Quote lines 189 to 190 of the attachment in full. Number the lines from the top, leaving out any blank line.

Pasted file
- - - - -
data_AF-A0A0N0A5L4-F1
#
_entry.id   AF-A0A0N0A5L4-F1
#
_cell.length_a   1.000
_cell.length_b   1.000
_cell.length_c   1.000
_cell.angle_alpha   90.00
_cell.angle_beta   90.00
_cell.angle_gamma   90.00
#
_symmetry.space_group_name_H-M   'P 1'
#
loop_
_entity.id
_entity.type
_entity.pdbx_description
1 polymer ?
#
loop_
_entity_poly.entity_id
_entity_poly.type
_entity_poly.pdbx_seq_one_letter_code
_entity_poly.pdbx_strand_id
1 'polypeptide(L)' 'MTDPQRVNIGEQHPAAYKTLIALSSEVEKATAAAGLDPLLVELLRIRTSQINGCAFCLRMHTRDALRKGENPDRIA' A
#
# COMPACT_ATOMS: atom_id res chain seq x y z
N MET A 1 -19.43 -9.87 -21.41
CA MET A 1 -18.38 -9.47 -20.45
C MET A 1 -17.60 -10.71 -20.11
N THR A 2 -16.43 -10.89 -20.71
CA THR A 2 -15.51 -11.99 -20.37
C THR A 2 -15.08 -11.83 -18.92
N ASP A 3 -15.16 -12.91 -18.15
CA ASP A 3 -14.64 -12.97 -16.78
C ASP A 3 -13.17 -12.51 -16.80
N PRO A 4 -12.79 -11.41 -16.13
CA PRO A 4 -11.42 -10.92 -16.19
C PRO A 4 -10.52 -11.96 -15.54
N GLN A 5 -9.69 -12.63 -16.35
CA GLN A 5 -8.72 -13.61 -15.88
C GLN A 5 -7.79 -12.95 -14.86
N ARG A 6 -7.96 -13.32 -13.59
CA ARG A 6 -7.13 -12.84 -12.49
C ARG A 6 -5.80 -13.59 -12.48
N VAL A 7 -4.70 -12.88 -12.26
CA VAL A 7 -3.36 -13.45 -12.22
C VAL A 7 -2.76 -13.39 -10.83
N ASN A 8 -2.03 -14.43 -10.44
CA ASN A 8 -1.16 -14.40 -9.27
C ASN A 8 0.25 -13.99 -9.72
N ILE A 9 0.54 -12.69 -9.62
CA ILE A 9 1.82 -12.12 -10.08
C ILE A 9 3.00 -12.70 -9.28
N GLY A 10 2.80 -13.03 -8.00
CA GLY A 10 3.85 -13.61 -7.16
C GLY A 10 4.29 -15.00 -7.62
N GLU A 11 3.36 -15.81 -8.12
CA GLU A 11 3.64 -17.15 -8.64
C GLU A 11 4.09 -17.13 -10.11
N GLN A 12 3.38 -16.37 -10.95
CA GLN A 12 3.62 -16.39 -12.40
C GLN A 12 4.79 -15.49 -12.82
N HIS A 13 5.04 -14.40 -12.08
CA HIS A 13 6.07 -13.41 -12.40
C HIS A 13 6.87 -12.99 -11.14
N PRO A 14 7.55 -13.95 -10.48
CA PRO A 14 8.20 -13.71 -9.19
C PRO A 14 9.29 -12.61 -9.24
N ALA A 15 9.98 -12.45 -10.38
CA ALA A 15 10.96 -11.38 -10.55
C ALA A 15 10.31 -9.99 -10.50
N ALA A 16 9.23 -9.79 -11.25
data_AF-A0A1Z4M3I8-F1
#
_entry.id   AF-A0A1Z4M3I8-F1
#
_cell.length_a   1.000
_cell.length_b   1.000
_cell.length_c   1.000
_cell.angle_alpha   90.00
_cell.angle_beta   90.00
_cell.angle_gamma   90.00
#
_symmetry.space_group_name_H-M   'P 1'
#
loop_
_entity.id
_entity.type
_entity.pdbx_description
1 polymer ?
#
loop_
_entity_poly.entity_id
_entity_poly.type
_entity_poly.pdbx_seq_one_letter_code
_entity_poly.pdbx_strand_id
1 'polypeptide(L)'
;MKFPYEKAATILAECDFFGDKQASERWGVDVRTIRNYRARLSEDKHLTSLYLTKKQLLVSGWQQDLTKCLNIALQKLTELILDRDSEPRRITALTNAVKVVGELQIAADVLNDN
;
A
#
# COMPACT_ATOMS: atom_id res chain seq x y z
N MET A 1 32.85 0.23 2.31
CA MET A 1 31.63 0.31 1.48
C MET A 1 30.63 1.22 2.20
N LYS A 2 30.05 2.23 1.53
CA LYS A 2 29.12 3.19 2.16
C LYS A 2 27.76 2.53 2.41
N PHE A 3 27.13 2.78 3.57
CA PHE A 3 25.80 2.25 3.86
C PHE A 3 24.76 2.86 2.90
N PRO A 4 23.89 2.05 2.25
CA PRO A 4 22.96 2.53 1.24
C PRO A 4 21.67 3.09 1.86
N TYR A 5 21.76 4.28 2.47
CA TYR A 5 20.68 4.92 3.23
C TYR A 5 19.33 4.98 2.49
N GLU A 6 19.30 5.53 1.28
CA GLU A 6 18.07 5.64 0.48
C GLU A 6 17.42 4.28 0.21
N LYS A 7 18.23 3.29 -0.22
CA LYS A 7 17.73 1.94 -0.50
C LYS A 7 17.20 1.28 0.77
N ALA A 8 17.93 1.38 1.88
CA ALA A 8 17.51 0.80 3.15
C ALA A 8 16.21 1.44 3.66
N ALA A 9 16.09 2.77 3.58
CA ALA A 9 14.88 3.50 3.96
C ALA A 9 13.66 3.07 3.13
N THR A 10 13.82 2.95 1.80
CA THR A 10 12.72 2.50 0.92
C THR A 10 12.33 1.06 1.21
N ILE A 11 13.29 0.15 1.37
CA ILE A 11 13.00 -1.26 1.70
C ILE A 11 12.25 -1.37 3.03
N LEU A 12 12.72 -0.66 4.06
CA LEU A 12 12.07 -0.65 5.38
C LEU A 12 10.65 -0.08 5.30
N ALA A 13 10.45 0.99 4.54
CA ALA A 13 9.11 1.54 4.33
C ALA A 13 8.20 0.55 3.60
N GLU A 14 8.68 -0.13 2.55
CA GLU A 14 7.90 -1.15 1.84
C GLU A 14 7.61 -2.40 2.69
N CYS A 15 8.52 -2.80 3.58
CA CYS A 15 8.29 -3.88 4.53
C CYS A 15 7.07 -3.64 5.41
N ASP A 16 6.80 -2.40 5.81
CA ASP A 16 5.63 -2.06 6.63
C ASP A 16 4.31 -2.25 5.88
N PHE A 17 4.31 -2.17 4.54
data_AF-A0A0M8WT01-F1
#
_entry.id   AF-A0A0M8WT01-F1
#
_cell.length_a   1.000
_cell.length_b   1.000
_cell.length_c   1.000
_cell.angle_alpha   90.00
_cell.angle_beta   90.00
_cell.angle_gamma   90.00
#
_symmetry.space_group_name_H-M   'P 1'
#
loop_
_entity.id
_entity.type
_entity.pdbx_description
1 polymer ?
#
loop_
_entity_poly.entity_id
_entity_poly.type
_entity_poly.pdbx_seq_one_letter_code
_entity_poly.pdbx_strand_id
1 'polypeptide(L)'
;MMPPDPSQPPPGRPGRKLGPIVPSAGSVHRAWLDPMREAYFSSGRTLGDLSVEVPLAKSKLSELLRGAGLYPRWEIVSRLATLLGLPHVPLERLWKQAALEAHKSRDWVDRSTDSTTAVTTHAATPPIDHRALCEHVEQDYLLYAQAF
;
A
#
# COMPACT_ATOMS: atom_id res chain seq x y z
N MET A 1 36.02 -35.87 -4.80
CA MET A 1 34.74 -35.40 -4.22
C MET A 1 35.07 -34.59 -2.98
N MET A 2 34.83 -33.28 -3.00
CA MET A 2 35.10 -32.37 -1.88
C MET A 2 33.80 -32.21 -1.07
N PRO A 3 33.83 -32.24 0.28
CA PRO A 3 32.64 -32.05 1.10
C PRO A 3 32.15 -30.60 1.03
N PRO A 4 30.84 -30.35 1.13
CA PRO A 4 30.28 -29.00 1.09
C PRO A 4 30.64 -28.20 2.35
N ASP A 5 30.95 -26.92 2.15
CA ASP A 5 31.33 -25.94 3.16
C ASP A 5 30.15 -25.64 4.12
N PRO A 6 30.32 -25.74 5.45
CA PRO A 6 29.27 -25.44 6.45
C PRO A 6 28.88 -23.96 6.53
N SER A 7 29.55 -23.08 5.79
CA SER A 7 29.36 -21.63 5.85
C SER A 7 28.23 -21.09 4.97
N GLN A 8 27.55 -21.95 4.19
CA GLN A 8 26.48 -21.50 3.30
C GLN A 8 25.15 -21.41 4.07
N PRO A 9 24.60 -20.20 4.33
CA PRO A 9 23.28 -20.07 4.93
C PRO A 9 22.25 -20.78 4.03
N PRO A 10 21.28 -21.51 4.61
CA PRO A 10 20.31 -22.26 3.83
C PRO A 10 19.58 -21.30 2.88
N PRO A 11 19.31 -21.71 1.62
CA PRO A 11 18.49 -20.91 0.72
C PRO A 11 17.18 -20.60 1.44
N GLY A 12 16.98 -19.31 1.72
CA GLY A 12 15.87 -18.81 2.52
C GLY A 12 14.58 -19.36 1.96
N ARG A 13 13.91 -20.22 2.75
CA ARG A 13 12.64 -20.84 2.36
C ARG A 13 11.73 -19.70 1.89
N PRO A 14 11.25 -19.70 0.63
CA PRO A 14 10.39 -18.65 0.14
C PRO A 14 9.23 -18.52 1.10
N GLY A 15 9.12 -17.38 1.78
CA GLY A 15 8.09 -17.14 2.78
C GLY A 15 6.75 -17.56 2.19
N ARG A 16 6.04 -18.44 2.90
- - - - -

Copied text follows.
N PRO A 3 33.83 -32.24 0.28
CA PRO A 3 32.64 -32.05 1.10